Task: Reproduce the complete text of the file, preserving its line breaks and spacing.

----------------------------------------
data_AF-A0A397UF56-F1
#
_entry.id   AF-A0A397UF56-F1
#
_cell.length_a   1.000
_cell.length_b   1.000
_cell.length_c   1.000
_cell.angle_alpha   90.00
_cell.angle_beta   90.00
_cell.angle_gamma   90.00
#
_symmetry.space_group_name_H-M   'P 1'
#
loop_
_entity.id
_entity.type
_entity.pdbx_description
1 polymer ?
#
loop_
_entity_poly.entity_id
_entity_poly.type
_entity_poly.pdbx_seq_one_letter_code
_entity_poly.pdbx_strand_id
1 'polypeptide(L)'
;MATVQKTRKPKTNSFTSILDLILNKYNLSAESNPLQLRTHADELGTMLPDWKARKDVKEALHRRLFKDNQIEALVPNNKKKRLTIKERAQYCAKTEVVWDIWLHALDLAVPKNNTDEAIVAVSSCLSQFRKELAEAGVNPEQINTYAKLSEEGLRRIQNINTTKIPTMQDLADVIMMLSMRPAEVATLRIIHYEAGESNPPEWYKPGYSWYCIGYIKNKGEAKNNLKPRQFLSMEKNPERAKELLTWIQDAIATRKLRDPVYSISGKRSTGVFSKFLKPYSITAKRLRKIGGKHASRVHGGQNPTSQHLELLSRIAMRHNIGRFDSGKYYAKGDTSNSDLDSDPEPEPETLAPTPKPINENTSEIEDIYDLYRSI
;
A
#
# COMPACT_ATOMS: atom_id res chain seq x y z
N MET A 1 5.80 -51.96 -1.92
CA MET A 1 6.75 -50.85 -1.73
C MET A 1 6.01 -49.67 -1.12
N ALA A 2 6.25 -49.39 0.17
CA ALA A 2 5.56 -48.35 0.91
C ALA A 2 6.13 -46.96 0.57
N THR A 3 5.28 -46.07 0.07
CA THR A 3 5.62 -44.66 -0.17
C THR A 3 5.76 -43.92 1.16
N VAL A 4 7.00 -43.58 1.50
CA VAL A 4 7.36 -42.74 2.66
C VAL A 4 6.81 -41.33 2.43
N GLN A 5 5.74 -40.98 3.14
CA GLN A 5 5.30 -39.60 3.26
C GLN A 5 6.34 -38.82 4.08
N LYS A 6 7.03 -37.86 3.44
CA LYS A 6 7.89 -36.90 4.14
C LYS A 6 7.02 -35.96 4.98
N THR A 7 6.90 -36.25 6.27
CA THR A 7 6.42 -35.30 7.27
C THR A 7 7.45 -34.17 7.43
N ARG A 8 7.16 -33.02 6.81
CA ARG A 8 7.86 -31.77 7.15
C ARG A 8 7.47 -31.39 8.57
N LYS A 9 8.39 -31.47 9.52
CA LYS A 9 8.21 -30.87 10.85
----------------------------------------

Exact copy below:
data_AF-A0A397UF56-F1
#
_entry.id   AF-A0A397UF56-F1
#
_cell.length_a   1.000
_cell.length_b   1.000
_cell.length_c   1.000
_cell.angle_alpha   90.00
_cell.angle_beta   90.00
_cell.angle_gamma   90.00
#
_symmetry.space_group_name_H-M   'P 1'
#
loop_
_entity.id
_entity.type
_entity.pdbx_description
1 polymer ?
#
loop_
_entity_poly.entity_id
_entity_poly.type
_entity_poly.pdbx_seq_one_letter_code
_entity_poly.pdbx_strand_id
1 'polypeptide(L)'
;MATVQKTRKPKTNSFTSILDLILNKYNLSAESNPLQLRTHADELGTMLPDWKARKDVKEALHRRLFKDNQIEALVPNNKKKRLTIKERAQYCAKTEVVWDIWLHALDLAVPKNNTDEAIVAVSSCLSQFRKELAEAGVNPEQINTYAKLSEEGLRRIQNINTTKIPTMQDLADVIMMLSMRPAEVATLRIIHYEAGESNPPEWYKPGYSWYCIGYIKNKGEAKNNLKPRQFLSMEKNPERAKELLTWIQDAIATRKLRDPVYSISGKRSTGVFSKFLKPYSITAKRLRKIGGKHASRVHGGQNPTSQHLELLSRIAMRHNIGRFDSGKYYAKGDTSNSDLDSDPEPEPETLAPTPKPINENTSEIEDIYDLYRSI
;
A
#
# COMPACT_ATOMS: atom_id res chain seq x y z
N MET A 1 5.80 -51.96 -1.92
CA MET A 1 6.75 -50.85 -1.73
C MET A 1 6.01 -49.67 -1.12
N ALA A 2 6.25 -49.39 0.17
CA ALA A 2 5.56 -48.35 0.91
C ALA A 2 6.13 -46.96 0.57
N THR A 3 5.28 -46.07 0.07
CA THR A 3 5.62 -44.66 -0.17
C THR A 3 5.76 -43.92 1.16
N VAL A 4 7.00 -43.58 1.50
CA VAL A 4 7.36 -42.74 2.66
C VAL A 4 6.81 -41.33 2.43
N GLN A 5 5.74 -40.98 3.14
CA GLN A 5 5.30 -39.60 3.26
C GLN A 5 6.34 -38.82 4.08
N LYS A 6 7.03 -37.86 3.44
CA LYS A 6 7.89 -36.90 4.14
C LYS A 6 7.02 -35.96 4.98
N THR A 7 6.90 -36.25 6.27
CA THR A 7 6.42 -35.30 7.27
C THR A 7 7.45 -34.17 7.43
N ARG A 8 7.16 -33.02 6.81
CA ARG A 8 7.86 -31.77 7.15
C ARG A 8 7.47 -31.39 8.57
N LYS A 9 8.39 -31.47 9.52
CA LYS A 9 8.21 -30.87 10.85